Messmore & Damon created unusual spectacles: full-size mechanical elephants, mammoths, and dinosaurs; highly detailed dioramas illustrating "The History of American Transportation," Niagra Falls, and Washington D.C.; animatronic humans and cows; even a miniature Shangri-La for the Frank Capra movie The Lost Horizon. Established in the 'teens, Messmore & Damon were the original "Imagineers," crafting one-of-a-kind attractions for industrial clients such as The Baltimore and Ohio Railroad, American Oil Company, International Harvester, among others. While they earned their reputation for building amazing displays for world's fairs such as Chicago's 1933 Century of Progress Exposition, the public was probably most impressed by their giant monsters. Audiences at the Roxy Theatre in New York City, for instance, could enjoy watching a 50-foot long brontosaurus walk across the stage, pluck a scantily clad cave woman into its maw, and take her away (no doubt for dinner). The company was able to create such beasts with an uncanny degree of movement: electric motors would create the illusion of breathing and hip movements while operators inside would control the jaws and tail. Truly, they were ahead of their time in devising three-dimensional entertainment.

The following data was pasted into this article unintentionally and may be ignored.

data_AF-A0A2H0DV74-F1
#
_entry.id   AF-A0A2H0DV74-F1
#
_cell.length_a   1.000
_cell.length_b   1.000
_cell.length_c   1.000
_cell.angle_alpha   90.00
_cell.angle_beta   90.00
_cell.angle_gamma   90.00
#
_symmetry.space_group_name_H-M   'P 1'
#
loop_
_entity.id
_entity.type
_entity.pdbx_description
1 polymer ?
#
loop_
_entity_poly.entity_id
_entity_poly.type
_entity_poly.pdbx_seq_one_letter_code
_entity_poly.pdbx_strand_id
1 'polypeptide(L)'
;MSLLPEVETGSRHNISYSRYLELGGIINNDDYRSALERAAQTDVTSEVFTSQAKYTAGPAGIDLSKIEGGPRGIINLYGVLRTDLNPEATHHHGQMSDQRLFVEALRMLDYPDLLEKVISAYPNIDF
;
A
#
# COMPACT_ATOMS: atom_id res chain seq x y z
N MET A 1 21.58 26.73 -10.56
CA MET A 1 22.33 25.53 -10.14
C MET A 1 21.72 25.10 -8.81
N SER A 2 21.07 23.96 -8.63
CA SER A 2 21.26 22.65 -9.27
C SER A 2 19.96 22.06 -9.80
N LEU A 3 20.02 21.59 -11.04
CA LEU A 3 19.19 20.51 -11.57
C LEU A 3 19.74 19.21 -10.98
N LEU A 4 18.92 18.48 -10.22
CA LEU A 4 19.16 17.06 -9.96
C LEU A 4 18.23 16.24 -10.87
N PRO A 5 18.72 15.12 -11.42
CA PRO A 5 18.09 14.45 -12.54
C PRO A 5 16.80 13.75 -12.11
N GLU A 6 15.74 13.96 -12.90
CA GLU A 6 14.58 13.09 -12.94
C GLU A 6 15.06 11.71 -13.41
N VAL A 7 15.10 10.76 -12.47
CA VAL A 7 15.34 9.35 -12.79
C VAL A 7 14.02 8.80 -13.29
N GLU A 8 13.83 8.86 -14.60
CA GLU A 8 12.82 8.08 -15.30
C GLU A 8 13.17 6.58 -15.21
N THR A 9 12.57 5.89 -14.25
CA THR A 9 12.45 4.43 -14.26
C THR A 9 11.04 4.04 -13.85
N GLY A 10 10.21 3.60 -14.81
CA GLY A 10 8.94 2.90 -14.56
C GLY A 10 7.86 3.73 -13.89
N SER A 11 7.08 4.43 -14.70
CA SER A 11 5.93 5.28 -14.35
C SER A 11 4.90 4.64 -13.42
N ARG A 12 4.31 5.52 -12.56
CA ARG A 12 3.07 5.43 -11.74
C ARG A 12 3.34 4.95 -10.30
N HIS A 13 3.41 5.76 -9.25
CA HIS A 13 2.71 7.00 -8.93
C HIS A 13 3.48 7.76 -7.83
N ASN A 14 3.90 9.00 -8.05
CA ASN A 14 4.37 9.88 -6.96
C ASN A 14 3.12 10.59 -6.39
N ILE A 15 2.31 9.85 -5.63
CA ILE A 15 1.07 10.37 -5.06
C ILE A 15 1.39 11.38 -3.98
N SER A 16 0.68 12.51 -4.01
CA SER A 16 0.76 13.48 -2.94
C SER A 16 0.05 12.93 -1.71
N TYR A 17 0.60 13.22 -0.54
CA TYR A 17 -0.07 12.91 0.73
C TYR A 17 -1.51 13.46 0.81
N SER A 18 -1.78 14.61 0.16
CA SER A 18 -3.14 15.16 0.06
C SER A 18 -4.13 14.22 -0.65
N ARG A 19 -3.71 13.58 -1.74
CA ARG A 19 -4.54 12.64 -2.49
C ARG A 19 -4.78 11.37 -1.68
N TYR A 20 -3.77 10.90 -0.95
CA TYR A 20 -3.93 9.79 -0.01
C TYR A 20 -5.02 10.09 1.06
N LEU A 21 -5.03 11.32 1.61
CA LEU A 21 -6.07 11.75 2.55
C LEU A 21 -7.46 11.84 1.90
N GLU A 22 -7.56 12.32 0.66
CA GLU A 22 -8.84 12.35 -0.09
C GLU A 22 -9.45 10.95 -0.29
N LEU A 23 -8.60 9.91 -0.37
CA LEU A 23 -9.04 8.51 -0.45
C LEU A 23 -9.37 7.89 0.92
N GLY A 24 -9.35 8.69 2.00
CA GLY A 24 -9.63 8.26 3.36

Here is a brochure describing the many abilities of this most unusual company. It was published to lure in clients for the 1939 New York World's Fair, which promised to be a bonanza for builders of public displays. "The World of Tomorrow will be a large and seemingly endless spectacle staged in a splendor far beyond the dreams and imaginations of millions of potential customers," reads the brochure's copy. "It is an opportunity of a lifetime. You cannot afford to stay out! You must participate!" This was no hypethe fair of 1939 was truly a wonder. Messmore & Damon contributed Old New York, a life-size reproduction of the previous century's NYC covering three acres.
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